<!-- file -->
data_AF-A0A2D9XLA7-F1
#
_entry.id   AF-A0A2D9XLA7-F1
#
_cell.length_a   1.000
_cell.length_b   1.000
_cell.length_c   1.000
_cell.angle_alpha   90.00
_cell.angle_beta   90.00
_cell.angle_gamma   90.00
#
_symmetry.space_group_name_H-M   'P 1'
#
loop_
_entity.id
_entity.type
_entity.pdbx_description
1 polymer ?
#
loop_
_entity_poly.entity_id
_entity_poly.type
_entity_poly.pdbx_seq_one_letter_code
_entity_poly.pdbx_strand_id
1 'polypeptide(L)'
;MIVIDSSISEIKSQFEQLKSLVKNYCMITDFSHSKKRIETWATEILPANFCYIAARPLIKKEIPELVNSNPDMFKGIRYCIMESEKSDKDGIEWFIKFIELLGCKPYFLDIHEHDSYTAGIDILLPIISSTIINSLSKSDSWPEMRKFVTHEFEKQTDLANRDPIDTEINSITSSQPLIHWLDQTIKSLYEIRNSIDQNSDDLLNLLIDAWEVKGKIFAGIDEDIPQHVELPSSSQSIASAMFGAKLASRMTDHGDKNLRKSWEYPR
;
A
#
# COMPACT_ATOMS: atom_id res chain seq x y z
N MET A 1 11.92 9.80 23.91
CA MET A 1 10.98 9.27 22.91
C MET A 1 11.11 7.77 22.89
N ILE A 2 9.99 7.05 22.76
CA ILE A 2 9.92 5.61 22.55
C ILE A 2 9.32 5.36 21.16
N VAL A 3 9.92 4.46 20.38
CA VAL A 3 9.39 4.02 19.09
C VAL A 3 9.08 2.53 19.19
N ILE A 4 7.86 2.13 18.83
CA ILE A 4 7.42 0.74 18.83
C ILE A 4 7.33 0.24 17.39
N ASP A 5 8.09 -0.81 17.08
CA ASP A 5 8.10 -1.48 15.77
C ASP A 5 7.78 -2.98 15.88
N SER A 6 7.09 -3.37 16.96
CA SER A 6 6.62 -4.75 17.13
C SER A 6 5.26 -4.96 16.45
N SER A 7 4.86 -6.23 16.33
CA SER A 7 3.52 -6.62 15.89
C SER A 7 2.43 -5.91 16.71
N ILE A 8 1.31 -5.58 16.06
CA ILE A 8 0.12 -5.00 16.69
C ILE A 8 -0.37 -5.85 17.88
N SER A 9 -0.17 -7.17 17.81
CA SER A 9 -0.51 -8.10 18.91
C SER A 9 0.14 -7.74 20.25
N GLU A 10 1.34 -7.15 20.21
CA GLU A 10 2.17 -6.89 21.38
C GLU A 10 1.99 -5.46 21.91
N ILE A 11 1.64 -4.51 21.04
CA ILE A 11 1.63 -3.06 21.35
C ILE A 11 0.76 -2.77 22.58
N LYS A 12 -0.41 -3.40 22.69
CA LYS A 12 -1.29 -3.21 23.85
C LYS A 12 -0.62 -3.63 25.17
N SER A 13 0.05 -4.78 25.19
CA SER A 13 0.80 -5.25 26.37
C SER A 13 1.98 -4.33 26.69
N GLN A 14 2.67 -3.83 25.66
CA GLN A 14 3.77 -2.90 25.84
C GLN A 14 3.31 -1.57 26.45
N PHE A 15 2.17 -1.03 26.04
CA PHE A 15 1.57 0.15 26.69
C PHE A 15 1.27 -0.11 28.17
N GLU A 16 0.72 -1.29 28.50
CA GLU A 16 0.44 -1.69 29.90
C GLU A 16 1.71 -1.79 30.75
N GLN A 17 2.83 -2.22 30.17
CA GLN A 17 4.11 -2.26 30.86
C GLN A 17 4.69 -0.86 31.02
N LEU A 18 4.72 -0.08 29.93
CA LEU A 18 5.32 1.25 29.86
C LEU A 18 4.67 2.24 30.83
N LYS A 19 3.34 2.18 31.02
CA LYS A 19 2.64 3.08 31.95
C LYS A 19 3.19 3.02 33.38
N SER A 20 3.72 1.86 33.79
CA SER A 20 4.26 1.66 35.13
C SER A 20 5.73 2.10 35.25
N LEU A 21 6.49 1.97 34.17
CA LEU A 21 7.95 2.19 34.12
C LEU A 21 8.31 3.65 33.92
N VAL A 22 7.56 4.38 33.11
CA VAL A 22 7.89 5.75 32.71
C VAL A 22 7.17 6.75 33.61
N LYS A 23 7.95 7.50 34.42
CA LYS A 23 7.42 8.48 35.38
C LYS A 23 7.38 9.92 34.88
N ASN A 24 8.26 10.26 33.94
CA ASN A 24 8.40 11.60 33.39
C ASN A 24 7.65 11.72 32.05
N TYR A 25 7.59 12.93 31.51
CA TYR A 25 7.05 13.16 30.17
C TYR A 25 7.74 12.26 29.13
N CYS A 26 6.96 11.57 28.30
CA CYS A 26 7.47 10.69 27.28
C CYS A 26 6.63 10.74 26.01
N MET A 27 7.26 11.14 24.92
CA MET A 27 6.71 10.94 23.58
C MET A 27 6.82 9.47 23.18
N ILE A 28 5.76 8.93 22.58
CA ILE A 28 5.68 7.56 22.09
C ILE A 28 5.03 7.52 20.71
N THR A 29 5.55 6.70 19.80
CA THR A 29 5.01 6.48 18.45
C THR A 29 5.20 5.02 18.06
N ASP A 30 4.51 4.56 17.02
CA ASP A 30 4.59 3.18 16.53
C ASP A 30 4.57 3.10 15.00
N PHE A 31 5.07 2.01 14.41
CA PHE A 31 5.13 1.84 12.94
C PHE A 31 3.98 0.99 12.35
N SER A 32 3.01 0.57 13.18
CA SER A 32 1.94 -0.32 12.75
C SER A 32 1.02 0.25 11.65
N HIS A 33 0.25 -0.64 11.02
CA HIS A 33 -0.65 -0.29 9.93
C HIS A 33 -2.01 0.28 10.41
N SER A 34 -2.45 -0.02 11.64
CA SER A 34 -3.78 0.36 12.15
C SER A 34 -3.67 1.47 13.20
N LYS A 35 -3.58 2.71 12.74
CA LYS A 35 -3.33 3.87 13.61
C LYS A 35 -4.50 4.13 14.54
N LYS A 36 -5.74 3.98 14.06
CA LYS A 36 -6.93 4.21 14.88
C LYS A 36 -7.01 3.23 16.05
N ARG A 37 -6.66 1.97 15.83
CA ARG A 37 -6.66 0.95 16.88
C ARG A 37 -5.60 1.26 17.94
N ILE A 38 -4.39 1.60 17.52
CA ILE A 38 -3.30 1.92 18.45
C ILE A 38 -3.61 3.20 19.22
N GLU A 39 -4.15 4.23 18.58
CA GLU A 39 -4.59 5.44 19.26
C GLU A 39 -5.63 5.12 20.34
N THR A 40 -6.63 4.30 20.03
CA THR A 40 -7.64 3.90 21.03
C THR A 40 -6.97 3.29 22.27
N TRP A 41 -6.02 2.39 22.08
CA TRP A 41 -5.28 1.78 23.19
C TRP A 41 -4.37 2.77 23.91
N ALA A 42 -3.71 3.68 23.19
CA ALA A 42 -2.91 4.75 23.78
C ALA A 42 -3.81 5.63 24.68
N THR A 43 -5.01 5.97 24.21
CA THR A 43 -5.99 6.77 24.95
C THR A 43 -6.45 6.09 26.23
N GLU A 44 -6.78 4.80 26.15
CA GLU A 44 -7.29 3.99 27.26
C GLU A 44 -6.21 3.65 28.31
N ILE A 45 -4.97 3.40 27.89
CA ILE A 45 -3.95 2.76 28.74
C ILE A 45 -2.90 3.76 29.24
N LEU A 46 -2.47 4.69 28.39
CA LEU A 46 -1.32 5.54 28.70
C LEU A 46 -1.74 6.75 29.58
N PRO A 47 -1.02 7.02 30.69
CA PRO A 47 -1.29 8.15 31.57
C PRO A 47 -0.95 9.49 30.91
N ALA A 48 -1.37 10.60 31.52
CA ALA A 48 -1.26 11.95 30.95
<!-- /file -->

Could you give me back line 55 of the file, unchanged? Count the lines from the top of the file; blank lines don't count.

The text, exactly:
N SER A 9 -0.17 -7.17 17.81